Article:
Third, the Reformed church needs to counter the churchapreneur paradigm by aggressively and relentlessly pursuing its mission, the Great Commission. The Great Commission is Christ's command to the church to make disciples by going, teaching, and baptizing. Its aim is to win converts to Christ by His grace, not to simply attract great numbers of people to church in order to have a big building, make lots of money, and acquire access to power and influence. The aim is not numbers, its CONVERTS to Christ. We don't know how many the Lord has determined to effectually call; but, we do know He has chosen to call His elect to himself through the preaching of the gospel by the church and therefore we must be busy pursuing that commission. Just as the churchapreneur paradigm is unbiblical in so far as it conceives of the church as a business and aims at acquiring wealth and access to power and influence, so it is wrong for the Reformed church to sequester itself behind the safety of the church walls, turning the church into a social club for personal enrichment and mutual admiration, to endlessly dot doctrinal "i's" and "t's," and to rarely, if ever, lift a finger to go out into the world where lost sinners are and seek to win them to Christ. It is fair to say that some of what goes on in the churchapreneur, seeker sensitive church world, is a reaction to the laziness and indolence of the conservative Reformed and Presbyterian church which decided to retreat behind church walls rather than to vigorously engage unbelievers with the gospel. The sad fact is, by doing this, not only have the lost not been reached out to by us, we have made it more difficult to reach the lost because we have allowed the churchapreneur segment of evangelicalism to be the public face of Christianity in North America, and due to the slick, business oriented packaging of the Christian faith, a vast segment of unchurched people in the United States have grown wary of Christianity and are turning a deaf ear toward its message because of the hypocritical, unscrupulous methods of the churchapreneur model. We can counteract this though, if we recommit not only to embodying, at the local church level, the nature of the church as described in scripture, by worshiping and conducting church government and church life according to the regulative principle, and also by mounting a vigorous campaign to go out into the world, and live among unbelievers, love them, pray for them, and seek intentionally to win them to Jesus Christ.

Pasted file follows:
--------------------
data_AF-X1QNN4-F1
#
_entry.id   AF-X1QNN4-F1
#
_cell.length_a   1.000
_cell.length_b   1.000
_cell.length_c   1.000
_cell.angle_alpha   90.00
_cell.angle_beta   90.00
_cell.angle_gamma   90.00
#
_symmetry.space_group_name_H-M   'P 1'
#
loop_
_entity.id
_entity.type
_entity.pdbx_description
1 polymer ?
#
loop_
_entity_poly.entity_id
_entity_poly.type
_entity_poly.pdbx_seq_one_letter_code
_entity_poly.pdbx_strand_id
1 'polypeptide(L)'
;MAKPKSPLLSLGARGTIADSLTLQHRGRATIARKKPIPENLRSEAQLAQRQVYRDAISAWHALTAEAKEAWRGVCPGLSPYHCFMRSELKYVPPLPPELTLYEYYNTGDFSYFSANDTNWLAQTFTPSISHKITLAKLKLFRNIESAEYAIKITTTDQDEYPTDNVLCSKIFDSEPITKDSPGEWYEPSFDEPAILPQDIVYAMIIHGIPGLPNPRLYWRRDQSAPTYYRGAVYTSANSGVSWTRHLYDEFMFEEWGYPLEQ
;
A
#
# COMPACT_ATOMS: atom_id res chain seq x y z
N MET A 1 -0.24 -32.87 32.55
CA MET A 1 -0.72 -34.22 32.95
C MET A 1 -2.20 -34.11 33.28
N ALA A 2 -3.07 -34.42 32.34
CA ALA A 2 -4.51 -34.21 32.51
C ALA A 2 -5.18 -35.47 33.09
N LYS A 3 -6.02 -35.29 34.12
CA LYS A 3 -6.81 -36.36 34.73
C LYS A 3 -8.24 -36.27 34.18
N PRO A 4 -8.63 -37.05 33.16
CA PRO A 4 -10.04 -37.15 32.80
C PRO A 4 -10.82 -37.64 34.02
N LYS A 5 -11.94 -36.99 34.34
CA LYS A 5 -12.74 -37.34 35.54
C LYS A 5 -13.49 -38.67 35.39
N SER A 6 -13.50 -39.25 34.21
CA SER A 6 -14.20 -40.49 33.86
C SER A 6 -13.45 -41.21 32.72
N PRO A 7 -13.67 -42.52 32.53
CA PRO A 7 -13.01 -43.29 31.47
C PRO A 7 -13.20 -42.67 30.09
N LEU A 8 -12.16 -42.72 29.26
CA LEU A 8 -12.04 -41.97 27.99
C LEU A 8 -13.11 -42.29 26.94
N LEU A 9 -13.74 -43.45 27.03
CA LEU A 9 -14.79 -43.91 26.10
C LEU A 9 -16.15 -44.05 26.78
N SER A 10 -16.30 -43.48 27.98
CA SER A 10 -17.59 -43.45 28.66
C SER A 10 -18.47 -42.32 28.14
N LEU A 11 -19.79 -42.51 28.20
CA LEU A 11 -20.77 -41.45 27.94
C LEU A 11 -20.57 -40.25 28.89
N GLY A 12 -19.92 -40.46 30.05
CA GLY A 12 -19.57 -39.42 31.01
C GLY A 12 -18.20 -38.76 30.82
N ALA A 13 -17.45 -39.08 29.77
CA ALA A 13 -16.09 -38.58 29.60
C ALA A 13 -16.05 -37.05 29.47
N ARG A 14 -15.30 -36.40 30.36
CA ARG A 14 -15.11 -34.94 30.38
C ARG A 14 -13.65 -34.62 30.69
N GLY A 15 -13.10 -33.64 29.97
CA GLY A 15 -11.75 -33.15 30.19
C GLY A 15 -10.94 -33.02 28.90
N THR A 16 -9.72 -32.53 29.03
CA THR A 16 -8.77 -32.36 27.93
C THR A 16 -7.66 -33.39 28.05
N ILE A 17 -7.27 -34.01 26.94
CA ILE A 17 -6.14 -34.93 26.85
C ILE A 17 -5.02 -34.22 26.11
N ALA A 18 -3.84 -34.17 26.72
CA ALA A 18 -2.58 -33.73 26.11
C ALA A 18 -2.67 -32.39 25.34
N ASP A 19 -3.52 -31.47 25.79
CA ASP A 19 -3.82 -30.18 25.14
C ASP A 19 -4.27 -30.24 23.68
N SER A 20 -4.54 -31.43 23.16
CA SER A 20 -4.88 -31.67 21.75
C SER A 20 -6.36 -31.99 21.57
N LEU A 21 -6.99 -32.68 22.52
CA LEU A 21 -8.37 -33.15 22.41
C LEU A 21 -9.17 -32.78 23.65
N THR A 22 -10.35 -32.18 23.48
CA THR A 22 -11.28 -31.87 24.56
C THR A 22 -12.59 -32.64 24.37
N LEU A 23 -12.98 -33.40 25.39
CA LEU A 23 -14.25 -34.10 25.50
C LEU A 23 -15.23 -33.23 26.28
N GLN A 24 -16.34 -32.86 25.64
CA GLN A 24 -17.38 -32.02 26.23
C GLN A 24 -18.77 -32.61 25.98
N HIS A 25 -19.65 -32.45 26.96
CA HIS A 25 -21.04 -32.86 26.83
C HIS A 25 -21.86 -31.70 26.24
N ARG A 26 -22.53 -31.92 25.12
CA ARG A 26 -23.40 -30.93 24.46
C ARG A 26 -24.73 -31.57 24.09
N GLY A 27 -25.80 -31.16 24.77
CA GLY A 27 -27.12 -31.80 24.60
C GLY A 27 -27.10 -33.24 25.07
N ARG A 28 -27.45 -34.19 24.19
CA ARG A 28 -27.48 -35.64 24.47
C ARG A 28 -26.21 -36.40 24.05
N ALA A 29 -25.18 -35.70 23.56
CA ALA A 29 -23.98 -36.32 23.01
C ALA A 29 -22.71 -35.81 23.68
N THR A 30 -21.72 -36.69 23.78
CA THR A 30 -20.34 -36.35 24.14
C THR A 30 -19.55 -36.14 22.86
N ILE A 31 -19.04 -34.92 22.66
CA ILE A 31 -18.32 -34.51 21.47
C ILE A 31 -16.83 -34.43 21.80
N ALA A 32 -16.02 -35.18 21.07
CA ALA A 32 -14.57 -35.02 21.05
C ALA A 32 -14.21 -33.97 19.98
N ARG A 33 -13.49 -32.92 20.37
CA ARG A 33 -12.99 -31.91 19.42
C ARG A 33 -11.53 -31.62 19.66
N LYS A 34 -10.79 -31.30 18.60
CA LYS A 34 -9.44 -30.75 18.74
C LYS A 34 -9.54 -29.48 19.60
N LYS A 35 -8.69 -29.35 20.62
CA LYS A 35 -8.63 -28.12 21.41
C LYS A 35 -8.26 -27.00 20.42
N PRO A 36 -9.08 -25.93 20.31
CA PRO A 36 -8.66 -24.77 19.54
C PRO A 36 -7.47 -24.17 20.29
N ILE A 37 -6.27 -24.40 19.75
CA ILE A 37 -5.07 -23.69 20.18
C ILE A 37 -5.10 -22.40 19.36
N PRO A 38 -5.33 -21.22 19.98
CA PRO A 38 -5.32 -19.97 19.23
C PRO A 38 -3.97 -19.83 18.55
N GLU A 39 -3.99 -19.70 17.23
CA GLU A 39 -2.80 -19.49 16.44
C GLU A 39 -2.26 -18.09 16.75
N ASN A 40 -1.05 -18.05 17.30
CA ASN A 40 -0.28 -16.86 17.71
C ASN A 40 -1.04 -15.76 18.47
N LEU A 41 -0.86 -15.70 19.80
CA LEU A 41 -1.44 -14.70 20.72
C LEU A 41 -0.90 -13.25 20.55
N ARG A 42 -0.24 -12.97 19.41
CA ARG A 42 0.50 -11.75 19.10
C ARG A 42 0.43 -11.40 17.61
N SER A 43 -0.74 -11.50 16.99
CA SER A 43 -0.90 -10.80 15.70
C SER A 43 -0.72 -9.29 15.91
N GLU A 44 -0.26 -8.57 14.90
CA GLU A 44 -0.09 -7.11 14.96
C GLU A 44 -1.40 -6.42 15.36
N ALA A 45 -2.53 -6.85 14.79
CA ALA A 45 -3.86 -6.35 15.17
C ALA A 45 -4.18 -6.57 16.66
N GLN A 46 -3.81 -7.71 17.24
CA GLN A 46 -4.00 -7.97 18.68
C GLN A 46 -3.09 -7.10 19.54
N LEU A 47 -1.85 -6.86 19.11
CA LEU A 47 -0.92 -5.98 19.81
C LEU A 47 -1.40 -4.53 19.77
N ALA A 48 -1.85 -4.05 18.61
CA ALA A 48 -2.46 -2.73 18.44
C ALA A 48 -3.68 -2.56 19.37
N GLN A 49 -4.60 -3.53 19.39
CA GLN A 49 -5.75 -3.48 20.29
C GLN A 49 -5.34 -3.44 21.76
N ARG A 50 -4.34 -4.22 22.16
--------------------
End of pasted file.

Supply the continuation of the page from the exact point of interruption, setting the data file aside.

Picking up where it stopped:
That's my Reformed response to churchapreneurs: recover the Biblical concept of the nature and function of the church, carefully and scrupulously follow the regulative principle both in worship, in church government and in church life, and aggressively pursue the Great Commission. I HOPE YOU WILL ENGAGE ME IN CONVERSATION ABOUT THIS MODEL.